New York Kinship Proceedings Require the Help of Estate Lawyers

New York kinship cases occur throughout the Surrogate’s Courts. Queens, Manhattan, Brooklyn, Bronx, Nassau, Suffolk and Westchester Counties all have a separate Surrogate’s Court that handles these proceedings. The need to determine kinship can arise for different reasons. The most common occurrence is when a person dies and no one steps forward to probate or administer the estate or the closest living relative is a cousin or more distant next of kin. A decedent’s next of kin are known as “distributees” Kinship cousin cases are very common. In these cases a county public official called the Public Administrator will step-in and administer the decedent’s estate. At the end of the administration process, the Public Administrator will commence proceedings in the Surrogate’s Court where kinship (i.e., the “distributees”) can be determined. Distributees are the persons who may rightfully receive the decedent’s assets.

New York Estates, Powers and Trusts Law Section 4-1.1 entitled “Descent and distribution of a decedent’s estate” sets forth the persons who are entitled to inherit an estate where there is no Will. This is known as an Intestate Estate. The statute provides for distribution to a decedent’s spouse and children (or the children’s descendents) and then to parents, issue of parents (i.e., brothers and sisters), and then to more distant relatives such as grandparents and issue of grandparents. As can be seen, determining a person’s distributees as derived from long deceased grandparents who may have lived in many different countries can be quite difficult.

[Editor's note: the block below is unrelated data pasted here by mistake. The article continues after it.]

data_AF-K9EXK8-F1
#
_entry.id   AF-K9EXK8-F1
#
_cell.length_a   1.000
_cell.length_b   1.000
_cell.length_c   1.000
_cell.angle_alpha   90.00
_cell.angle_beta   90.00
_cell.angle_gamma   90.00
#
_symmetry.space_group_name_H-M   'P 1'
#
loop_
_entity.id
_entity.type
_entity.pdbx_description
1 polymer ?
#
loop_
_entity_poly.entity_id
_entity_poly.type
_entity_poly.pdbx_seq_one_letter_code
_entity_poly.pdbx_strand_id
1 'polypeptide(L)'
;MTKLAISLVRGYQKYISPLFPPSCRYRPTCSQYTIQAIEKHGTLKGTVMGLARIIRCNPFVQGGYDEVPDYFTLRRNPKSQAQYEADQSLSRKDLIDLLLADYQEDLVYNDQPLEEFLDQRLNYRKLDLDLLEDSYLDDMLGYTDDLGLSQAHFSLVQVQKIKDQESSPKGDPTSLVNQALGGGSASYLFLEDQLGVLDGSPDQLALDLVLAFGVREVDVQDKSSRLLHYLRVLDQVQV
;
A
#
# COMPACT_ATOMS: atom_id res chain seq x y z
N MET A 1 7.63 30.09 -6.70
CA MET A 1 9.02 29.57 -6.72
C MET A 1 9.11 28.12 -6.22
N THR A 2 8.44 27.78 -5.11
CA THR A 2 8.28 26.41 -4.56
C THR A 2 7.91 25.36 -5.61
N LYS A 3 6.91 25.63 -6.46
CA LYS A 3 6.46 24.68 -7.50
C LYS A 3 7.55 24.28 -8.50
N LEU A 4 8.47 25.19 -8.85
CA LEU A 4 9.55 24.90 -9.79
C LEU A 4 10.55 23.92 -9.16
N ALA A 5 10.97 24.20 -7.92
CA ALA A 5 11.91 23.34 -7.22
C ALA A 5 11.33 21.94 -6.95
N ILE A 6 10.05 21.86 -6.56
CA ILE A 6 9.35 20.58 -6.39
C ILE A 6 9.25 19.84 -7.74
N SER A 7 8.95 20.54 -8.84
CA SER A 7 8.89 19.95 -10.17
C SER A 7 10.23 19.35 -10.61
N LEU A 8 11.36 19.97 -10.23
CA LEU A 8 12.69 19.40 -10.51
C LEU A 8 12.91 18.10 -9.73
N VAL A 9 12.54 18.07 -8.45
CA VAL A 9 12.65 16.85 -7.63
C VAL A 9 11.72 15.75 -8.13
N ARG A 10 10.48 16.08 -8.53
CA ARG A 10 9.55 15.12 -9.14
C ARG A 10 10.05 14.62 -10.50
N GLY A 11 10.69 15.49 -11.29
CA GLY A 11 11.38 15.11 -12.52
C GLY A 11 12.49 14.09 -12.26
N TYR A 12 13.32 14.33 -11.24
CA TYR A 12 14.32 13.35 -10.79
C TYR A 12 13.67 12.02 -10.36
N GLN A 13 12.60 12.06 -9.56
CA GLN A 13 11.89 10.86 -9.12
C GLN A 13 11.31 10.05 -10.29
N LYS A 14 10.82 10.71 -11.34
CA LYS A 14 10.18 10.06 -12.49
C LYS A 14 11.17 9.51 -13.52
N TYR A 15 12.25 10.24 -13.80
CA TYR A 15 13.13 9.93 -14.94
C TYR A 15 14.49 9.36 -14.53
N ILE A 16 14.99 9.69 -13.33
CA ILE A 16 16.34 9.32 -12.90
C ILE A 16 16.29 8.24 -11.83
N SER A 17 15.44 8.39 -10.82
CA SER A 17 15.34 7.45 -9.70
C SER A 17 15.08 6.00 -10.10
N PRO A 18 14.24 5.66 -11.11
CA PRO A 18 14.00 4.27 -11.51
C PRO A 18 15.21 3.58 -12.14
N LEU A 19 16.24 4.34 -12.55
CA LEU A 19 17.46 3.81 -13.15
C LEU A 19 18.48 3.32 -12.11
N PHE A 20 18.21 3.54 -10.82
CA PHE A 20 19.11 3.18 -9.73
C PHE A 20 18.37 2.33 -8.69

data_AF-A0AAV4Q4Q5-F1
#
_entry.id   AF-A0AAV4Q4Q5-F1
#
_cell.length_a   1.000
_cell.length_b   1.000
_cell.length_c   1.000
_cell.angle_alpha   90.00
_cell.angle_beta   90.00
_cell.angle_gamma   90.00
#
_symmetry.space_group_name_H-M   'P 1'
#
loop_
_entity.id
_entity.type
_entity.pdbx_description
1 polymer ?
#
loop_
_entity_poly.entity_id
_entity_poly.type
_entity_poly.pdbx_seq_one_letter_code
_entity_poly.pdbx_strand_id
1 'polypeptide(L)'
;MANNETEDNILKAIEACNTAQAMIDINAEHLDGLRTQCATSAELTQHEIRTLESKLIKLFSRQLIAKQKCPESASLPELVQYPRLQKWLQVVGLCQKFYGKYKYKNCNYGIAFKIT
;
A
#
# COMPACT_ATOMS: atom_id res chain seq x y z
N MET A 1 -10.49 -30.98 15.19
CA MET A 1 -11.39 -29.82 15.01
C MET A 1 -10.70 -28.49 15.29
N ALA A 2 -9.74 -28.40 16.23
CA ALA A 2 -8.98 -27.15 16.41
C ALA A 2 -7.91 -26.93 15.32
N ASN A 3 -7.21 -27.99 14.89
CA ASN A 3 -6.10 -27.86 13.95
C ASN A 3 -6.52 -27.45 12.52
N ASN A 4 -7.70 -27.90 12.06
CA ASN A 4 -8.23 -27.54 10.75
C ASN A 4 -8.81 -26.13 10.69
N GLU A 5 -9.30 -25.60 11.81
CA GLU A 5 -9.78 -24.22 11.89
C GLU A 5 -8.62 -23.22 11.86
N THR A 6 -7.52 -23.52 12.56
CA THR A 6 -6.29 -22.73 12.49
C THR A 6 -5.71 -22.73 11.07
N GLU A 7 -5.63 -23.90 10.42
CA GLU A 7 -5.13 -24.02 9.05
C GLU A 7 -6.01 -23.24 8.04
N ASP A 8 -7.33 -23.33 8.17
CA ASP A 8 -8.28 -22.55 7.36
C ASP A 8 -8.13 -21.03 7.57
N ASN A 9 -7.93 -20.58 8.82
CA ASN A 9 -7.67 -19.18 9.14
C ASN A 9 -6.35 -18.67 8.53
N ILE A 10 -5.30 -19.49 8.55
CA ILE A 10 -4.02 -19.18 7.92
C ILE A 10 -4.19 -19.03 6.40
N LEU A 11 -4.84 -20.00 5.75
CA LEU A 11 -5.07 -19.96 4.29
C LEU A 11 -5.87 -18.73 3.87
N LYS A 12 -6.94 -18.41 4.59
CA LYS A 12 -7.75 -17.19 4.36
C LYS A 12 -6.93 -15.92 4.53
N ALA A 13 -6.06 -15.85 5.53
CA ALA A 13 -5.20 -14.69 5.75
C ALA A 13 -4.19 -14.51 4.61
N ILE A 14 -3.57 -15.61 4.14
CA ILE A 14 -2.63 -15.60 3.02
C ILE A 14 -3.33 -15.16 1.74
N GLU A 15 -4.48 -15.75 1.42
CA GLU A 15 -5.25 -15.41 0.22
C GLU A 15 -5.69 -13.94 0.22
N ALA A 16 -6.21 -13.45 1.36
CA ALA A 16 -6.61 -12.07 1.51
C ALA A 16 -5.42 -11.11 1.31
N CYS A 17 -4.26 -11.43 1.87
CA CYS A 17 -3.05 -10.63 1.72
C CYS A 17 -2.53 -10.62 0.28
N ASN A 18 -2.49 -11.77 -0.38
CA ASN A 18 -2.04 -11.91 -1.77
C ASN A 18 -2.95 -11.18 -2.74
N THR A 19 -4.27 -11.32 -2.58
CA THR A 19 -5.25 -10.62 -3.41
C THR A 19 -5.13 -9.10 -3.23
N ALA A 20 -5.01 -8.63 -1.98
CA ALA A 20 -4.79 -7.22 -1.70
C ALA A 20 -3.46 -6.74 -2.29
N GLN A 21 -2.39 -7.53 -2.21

Kinship proceedings can be lengthy and complex. A good probate or kinship attorney is needed to help present witness testimony and documentary evidence to the Court. The Court will require specific information regarding the decedent’s family on both the maternal and paternal side. Many generations of family members may have to be researched and certified documents such as death records, marriage and birth certificates, census records and obituary notices usually need to be obtained. Very often it is necessary to hire a professional genealogist to locate witnesses, assemble the certified documents and search for missing heirs whose identity must be provided for the Court to complete the Family Tree. Evidence may be required to be obtained from foreign countries.

The person who is claiming a right to receive estate assets has the legal burden of proving his or her kinship status. Rules of evidence in kinship proceedings are also very technical. For example, a claimant may take advantage of a legal presumption that a person who would be more than 100 years old on the date the decedent died is presumed to have pre-deceased the decedent. Also, a presumption of death may be applicable if a possible distributee cannot be located after 3 years following the decedent’s death and the Court is satisfied that a thorough search has been conducted.

Kinship issues also concern many other areas of New York Trusts and Estates. For example, Estate planning attorneys need to obtain information concerning a person’s distributees when preparing a Last Will or a Living Trust so that an estate plan can be properly formulated. Also, possible difficulties with probate proceedings and locating lost heirs may need to be anticipated and addressed in the estate plan.

New York Probate Attorney Jules M. Haas has helped many clients over the past 30 years resolve issues relating to probate, kinship, estate settlement and other estate proceedings throughout New York including Queens County probate. If you or someone you know has any questions regarding these matters, please contact me at (212) 355-2575 for an initial consultation.